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  10.  51
    The Moral Imperative to Conduct Embryonic Stem Cell and Cloning Research.Katrien Devolder & Julian Savulescu - 2006 - Cambridge Quarterly of Healthcare Ethics 15 (1):7-21.
    On March 8, 2005, the General Assembly adopted the United Nations Declaration on Human Cloning in which Member States are called upon toa) protect adequately human life in the application of life sciencesb) prohibit all forms of human cloning inasmuch as they are incompatible with human dignity and the protection of human lifec) prohibit the application of genetic engineering techniques that may be contrary to human dignityd) prevent the exploitation of women in the application of life sciencese) adopt and implement (...)
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  11.  41
    Embryo Deaths in Reproduction and Embryo Research: A Reply to Murphy's Double Effect Argument.Katrien Devolder - 2013 - Journal of Medical Ethics 39 (8):533-536.
    The majority of embryos created in natural reproduction die spontaneously within a few weeks of conception. Some have argued that, therefore, if one believes the embryo is a person (in the normative sense) one should find ‘natural’ reproduction morally problematic. An extension of this argument holds that, if one accepts embryo deaths in natural reproduction, consistency requires that one also accepts embryo deaths that occur in (i) assisted reproduction via in vitro fertilisation (IVF) and (ii) embryo research. In a recent (...)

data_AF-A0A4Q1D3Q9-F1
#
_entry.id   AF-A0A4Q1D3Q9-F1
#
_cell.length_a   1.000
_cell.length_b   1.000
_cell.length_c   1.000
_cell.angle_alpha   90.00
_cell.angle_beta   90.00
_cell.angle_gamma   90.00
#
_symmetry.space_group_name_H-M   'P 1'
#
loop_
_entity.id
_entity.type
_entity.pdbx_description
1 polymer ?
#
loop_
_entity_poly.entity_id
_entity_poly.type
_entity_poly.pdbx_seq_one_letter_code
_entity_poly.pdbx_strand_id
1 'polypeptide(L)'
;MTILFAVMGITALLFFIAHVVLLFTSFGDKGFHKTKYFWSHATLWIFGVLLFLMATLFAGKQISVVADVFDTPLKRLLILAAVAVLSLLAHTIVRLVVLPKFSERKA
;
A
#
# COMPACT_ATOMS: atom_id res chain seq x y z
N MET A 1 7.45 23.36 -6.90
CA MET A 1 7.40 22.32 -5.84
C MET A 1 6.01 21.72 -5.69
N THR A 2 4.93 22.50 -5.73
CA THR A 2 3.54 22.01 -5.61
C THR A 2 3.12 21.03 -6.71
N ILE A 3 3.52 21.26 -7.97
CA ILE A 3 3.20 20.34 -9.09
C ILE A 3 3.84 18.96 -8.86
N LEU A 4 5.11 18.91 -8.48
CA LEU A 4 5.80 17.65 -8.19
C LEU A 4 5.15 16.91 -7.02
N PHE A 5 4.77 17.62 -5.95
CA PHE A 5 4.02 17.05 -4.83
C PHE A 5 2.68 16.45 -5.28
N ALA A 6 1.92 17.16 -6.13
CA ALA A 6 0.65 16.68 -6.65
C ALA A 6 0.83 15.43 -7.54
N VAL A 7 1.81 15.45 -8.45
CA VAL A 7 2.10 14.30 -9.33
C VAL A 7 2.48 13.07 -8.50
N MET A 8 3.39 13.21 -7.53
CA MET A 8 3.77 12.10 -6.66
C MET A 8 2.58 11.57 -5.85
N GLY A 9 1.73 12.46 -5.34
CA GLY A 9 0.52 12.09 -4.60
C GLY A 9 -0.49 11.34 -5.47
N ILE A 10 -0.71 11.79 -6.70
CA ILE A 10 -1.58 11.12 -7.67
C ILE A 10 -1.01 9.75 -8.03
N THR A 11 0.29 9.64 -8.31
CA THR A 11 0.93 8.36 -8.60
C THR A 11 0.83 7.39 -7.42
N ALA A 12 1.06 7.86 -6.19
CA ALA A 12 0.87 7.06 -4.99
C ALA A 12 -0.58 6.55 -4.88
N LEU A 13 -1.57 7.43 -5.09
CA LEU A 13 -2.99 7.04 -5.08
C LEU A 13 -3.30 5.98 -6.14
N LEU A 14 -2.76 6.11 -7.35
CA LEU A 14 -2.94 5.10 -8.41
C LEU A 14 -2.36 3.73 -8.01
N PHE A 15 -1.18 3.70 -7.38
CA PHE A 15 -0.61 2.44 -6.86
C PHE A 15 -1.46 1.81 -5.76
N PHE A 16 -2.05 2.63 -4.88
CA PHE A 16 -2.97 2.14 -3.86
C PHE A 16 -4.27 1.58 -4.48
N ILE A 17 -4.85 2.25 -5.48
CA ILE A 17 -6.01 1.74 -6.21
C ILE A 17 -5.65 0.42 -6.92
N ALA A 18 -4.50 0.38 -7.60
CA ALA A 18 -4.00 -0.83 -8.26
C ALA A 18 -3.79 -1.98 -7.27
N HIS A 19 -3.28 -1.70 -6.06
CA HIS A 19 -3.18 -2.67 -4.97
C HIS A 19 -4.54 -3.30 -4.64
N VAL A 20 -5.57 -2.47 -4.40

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  12. Compromise and Moral Complicity in the Embryonic Stem Cell Debate.Katrien Devolder & John Harris - 2005 - In Nafsika Athanassoulis (ed.), Philosophical Reflections on Medical Ethics. Palgrave-Macmillan.
     
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  13.  8
    Euthanasia for Detainees in Belgium.Katrien Devolder - 2016 - Cambridge Quarterly of Healthcare Ethics 25 (3):384-394.
    In 2011, Frank Van Den Bleeken became the first detainee to request euthanasia under Belgium’s Euthanasia Act of 2002. This article investigates whether it would be lawful and morally permissible for a doctor to accede to this request. Though Van Den Bleeken has not been held accountable for the crimes he committed, he has been detained in an ordinary prison, without appropriate psychiatric care, for more than 30 years. It is first established that VDB’s euthanasia request plausibly meets the relevant (...)
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  14. Lifespan Extension and the Doctrine of Double Effect.Laura Capitaine, Katrien Devolder & Guido Pennings - 2013 - Theoretical Medicine and Bioethics 34 (3):207-226.
    Recent developments in biogerontology—the study of the biology of ageing—suggest that it may eventually be possible to intervene in the human ageing process. This, in turn, offers the prospect of significantly postponing the onset of age-related diseases. The biogerontological project, however, has met with strong resistance, especially by deontologists. They consider the act of intervening in the ageing process impermissible on the grounds that it would (most probably) bring about an extended maximum lifespan—a state of affairs that they deem intrinsically (...)